Wallace J. Eckert
Born June 19, 1902, Pittsburgh, Pa.; died August 24, 1971, Englewood, N.J.; prewar pioneer with his "Punched-card Methods in Scientific Computation" who was instrumental in the postwar construction of IBM's SSEC and the NORC for the Navy.
Education: AB, Oberlin College, 1925; MA, Amherst College, 1926; PhD, astronomy, Yale University, 1931.
Professional Experience: assistant instructor, Department of Astronomy, Columbia University, 1926-1940; director, US Nautical Almanac Office, 1940-1945; head, IBM Pure Science Department, and director, Watson Scientific Computing Laboratory, 1945-1967; professor, celestial mechanics, Columbia University, 1967-1970.
The Columbia University Statistical Bureau was founded in 1928 with punched-card equipment donated by T. J. Watson, Sr. Here Eckert had his first encounter with large calculating devices to complete his own work in astronomy. Eckert's success in convincing Watson to contribute further equipment led to the establishment of the T. J. Watson Astronomical Computing Bureau at Columbia, a unit which was jointly sponsored by the university, IBM, and the American Astronomical Society. During World War II, Eckert headed the US Nautical Almanac Office in Washington, D.C., and introduced mechanical methods of computation to the Office and to the Naval Observatory. This work led to his being appointed to the directorship of the Astronomical Computing Bureau at Columbia, and the concurrent appointment as head of the Pure Science Division of IBM. In the latter capacity Eckert was extremely influential in the development of the Selective Sequence Electronic Calculator (SSEC in 1949, which was IBM's response to their rejection from recognition for the co-invention of the Harvard Mark I. [See biography of Howard Aiken.] The NORC (Naval Ordnance Research Calculator) was also developed under Eckert's auspices.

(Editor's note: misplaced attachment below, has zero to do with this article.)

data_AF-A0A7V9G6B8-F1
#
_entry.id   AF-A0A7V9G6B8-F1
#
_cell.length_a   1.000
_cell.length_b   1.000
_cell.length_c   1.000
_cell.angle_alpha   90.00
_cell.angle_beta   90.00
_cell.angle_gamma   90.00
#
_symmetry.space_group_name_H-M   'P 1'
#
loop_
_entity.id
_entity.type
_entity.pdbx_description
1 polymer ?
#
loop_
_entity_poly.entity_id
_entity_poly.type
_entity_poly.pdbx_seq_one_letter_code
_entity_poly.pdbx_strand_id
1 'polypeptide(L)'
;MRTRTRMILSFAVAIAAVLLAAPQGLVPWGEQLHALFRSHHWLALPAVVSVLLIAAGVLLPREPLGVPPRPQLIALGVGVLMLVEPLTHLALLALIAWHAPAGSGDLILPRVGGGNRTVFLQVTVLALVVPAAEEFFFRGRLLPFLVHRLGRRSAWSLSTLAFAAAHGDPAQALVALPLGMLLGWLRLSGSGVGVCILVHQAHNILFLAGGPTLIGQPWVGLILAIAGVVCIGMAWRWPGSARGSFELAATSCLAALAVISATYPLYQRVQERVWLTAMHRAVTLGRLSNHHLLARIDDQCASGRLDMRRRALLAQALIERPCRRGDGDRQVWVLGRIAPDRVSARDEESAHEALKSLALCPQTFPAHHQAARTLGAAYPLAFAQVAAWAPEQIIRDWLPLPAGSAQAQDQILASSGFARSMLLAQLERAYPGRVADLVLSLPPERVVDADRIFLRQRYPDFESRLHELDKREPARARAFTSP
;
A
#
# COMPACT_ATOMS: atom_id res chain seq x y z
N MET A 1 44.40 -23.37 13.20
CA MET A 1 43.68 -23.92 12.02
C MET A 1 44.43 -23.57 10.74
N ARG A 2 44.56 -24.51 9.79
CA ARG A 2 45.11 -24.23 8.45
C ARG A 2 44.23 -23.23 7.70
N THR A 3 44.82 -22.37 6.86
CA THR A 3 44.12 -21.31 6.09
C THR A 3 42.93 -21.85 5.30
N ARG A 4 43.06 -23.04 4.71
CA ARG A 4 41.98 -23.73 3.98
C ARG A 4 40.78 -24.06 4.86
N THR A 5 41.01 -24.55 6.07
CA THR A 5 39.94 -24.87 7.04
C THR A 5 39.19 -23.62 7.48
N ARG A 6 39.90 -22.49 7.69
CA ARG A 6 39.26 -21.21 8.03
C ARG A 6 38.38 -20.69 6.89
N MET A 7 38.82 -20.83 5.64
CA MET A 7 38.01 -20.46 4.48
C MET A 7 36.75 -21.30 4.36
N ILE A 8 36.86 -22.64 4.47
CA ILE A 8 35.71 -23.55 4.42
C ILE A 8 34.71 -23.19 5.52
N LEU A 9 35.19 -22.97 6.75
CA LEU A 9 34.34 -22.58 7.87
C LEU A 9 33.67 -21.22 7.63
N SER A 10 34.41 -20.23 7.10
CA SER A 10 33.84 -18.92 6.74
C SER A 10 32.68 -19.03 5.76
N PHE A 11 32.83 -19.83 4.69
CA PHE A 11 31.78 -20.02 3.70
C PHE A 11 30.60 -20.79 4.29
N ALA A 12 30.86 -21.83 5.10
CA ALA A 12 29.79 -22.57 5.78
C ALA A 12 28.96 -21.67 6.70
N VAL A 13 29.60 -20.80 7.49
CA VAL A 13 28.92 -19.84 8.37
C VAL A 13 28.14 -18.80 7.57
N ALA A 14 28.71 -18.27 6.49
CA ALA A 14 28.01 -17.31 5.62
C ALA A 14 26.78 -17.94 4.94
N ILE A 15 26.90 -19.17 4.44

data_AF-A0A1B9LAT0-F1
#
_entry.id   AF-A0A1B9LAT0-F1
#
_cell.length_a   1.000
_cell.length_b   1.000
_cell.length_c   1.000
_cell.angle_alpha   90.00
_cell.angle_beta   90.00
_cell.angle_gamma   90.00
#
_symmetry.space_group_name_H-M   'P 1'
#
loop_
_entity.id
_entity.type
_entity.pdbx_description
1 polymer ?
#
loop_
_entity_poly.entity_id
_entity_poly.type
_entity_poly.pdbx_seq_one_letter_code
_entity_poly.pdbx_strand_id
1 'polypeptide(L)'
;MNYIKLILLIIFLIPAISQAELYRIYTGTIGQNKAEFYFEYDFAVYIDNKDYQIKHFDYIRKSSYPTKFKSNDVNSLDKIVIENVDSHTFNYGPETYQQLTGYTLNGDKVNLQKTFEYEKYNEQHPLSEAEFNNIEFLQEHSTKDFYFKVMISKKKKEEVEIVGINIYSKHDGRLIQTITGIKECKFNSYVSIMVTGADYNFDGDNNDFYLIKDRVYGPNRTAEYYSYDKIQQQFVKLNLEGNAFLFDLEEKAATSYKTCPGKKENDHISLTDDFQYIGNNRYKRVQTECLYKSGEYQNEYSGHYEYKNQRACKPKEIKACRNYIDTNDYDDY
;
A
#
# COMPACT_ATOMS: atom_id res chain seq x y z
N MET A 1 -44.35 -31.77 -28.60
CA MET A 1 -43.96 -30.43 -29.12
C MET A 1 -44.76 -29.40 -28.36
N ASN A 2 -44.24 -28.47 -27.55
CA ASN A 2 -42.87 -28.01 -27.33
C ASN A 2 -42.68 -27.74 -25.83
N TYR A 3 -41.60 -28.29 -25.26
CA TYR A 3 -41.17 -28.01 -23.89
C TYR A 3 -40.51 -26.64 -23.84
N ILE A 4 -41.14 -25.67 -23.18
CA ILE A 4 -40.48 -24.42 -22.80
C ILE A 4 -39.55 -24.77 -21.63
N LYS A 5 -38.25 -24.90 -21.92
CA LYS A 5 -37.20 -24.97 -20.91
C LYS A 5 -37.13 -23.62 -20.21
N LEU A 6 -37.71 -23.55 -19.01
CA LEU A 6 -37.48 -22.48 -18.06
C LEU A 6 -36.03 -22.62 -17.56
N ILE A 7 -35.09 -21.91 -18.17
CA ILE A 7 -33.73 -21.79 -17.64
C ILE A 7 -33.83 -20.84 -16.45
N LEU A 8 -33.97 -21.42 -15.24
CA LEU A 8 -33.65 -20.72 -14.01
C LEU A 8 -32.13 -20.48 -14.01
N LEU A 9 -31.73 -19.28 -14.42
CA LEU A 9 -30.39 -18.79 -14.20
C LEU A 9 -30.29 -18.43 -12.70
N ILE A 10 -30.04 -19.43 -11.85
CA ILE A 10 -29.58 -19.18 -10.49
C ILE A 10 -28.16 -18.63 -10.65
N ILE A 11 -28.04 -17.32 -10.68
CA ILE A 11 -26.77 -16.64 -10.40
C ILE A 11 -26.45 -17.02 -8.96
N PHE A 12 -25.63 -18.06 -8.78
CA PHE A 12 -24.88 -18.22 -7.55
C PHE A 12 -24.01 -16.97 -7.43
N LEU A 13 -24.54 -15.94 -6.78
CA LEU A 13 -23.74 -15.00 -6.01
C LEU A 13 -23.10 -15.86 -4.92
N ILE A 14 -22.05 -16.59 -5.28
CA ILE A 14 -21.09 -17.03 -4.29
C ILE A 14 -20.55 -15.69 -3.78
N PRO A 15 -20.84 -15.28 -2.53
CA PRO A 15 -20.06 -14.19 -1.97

Eckert continued to work in astronomy, and in the early days of US space flight provided many of the coordinates and orbital parameters of heavenly bodies for use by NASA.
Tropp (1976) has described Eckert's computer contributions to astronomy as being as important as the introduction of the telescope and the use of photography.
Bashe, Charles J., "The SSEC in Historical Perspective," Ann. Hist. Comp., Vol. 3, No. 4, 1982, pp. 296-312.
Tropp, H. S., "Wallace J. Eckert," in Ralston, Anthony, and Edwin D. Reilly, Jr., eds., Encyclopedia of Computer Science and Engineering, Van Nostrand Reinhold Co., New York, 1983.
Tropp, H. S., "Eckert, Wallace John," in Gillispie, C.G., ed., Dictionary of Scientific Biography, Vol. 15, Supplement 1, Charles Scribner's Sons, New York, 1976, pp. 128-130.
Significant Publications[See Tropp 1976 for a list of publications including those in the field of astronomy.]
Eckert, W. J., "Electrons and Computation," The Scientific Monthly, Vol. 67, No. 5, Nov. 1948, pp. 315-323. Reprinted in Randell, Brian, ed., The Origins of Digital Computers: Selected Papers, Springer-Verlag, Berlin, 1982, pp. 223-232.
Eckert, W. J., and Rebecca Jones, Faster, Faster, Simple Description of a Giant Electronic Calculator [The NORC] and the Problems It Solves, IBM, New York, 1955.
Portrait added (MRW, 2012)
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